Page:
YouthSpark Star

Team Cipher256

These Ugandan university students won an Imagine Cup Grant for their device to help rural mothers.

YouthSpark Stars Team Cipher256 Story

The College Kids Who Reinvented the Ultrasound

Expectant mothers line the maternity ward corridor, wearily waiting for medical attention. In rooms off to the side, undersized cots hold several women but those without beds must wait at the doors. The midwives and nurses at Uganda’s largest hospital dart from patient to patient, doing what they can to help.


Previous
  • Behind the Scenes

    Behind the Scenes

    YouthSpark Reporter Jaagriti Sharma joins Team Cipher256 members Josh Okello and Aaron Tushabe at a party before the big We Day event.

  • Backstage at We Day

    Backstage at We Day

    YouthSpark Reporters and Team Cipher256 members meet Craig Kielburger and Microsoft President of North America Judson Althoff.

  • Introducing WinSenga

    Introducing WinSenga

    Aaron and Josh take the stage with Microsoft’s Judson Althoff to discuss the device they created to help rural women with prenatal care.

  • In the Green Room

    In the Green Room

    Aaron chats with VIPs backstage at We Day about the work he has done to help women in Uganda.

  • Monitoring Heart Rate

    Monitoring Heart Rate

    Aaron uses the WinSenga device to test the fetal heart rate and other vital signs of an expectant mother.

  • Helping Rural Mothers

    A mobile app that helps rural mothers

    The Windows Phone app works with a microphone wire and Pinard horn to listen to the fetal heartbeat, record weight, height, and other metrics.

  • Microsoft San Francisco

    Microsoft San Francisco

    Aaron and Josh visit the Microsoft office in San Francisco to discuss future plans for their company.

Next

Working at the Mulago Hospital in the Ugandan capital of Kampala during a break before university, Aaron Tushabe is struck by the crowds and the suffering. He thinks not only about those who are waiting in the long lines but the 80 percent of Ugandans who live in rural areas and can’t make the trek to the capitol for medical care. Aaron leaves the hospital determined to find a way to help.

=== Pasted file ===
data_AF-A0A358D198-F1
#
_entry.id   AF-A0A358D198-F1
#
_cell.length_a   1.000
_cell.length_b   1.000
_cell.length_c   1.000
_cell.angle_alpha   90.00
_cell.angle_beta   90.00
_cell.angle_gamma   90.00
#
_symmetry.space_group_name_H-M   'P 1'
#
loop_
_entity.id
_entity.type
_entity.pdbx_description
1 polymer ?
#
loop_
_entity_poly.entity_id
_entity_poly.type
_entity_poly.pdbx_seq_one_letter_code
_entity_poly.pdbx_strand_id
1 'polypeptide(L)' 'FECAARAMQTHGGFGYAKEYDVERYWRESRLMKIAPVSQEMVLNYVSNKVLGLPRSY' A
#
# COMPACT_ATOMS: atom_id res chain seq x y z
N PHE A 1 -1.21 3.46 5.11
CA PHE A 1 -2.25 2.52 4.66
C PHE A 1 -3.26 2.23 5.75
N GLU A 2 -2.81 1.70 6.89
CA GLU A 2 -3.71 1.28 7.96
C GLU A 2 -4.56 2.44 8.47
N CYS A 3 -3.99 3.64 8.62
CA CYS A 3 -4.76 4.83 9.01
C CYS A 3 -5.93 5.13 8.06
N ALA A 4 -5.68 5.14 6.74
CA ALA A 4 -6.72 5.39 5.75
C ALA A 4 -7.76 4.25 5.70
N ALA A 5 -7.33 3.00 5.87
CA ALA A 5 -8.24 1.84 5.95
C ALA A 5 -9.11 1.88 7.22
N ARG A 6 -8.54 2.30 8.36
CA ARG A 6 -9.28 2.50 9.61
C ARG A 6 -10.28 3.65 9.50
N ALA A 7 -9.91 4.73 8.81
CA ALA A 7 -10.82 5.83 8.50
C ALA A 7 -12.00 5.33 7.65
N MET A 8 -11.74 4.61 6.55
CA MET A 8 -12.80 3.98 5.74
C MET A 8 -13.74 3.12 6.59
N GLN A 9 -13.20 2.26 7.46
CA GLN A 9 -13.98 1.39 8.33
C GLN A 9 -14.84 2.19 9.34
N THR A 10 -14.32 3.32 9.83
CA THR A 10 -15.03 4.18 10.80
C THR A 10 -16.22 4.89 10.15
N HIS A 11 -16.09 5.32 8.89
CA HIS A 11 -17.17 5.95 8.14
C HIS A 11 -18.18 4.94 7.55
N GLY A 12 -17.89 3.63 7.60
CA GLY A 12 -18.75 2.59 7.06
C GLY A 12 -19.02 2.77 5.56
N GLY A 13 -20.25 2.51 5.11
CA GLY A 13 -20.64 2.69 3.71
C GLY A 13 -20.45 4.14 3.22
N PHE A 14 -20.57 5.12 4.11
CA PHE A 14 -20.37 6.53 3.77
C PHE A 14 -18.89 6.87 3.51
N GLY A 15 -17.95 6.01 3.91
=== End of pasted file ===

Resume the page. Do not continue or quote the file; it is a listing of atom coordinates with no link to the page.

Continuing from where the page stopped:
Months later, attending a hackathon with fellow university freshman Josh Okello, the two meet Joseph Kaizzi, an IT expert and Imagine Cup participant who encourages them to create a team for the upcoming competition. Imagine Cup is a global student technology program and competition that provides opportunities for students to team up and use their creativity, passion and knowledge of technology to create applications, games and integrated solutions that can change the way we live, work, and play. In 2012, the competition asked technologists to address the United Nation’s Millennium Development Goals (MDGs).

One of those goals is to improve maternal health and infant mortality. Aaron and Josh, who spent some time in medical school before pursuing IT degrees, both thought of the Mulago Hospital. Their collective experience with maternal health and maternity wards led them to seek a solution for women in their community.


WinSenga is a handheld device that can scan a pregnant woman’s womb and report information to a mobile application that recommends a course of action.

WinSenga is a handheld device that can scan a pregnant woman’s womb and report information to a mobile application that recommends a course of action.

“We wanted to solve a problem that would have a cascading effect on all the other MDGs,” says Josh. “Statistics show that communities with healthy mothers are more successful. We felt that the goals around education, economic growth and development would be easier to tackle after maternal health.”

They created Team Cipher256, named after the country code for Uganda. In their team strategy sessions, Aaron recalled his failed attempt at using the Pinard horn, a device similar to a stethoscope named after the French doctor who invented it. Widely used in Africa as an alternative to the ultrasound, the device picks up vital signs when placed on a pregnant woman’s abdomen. But it takes practice to read it correctly and only skilled nurses can interpret the sounds. Aaron and Josh became determined to find a way for computer science to change that.

They set out to create a portable, mobile and affordable tool to help mothers with prenatal care. The result was WinSenga (Win for Windows and Senga is the Luganda word for auntie, the woman charged with guiding mothers in reproductive health). WinSenga is a handheld device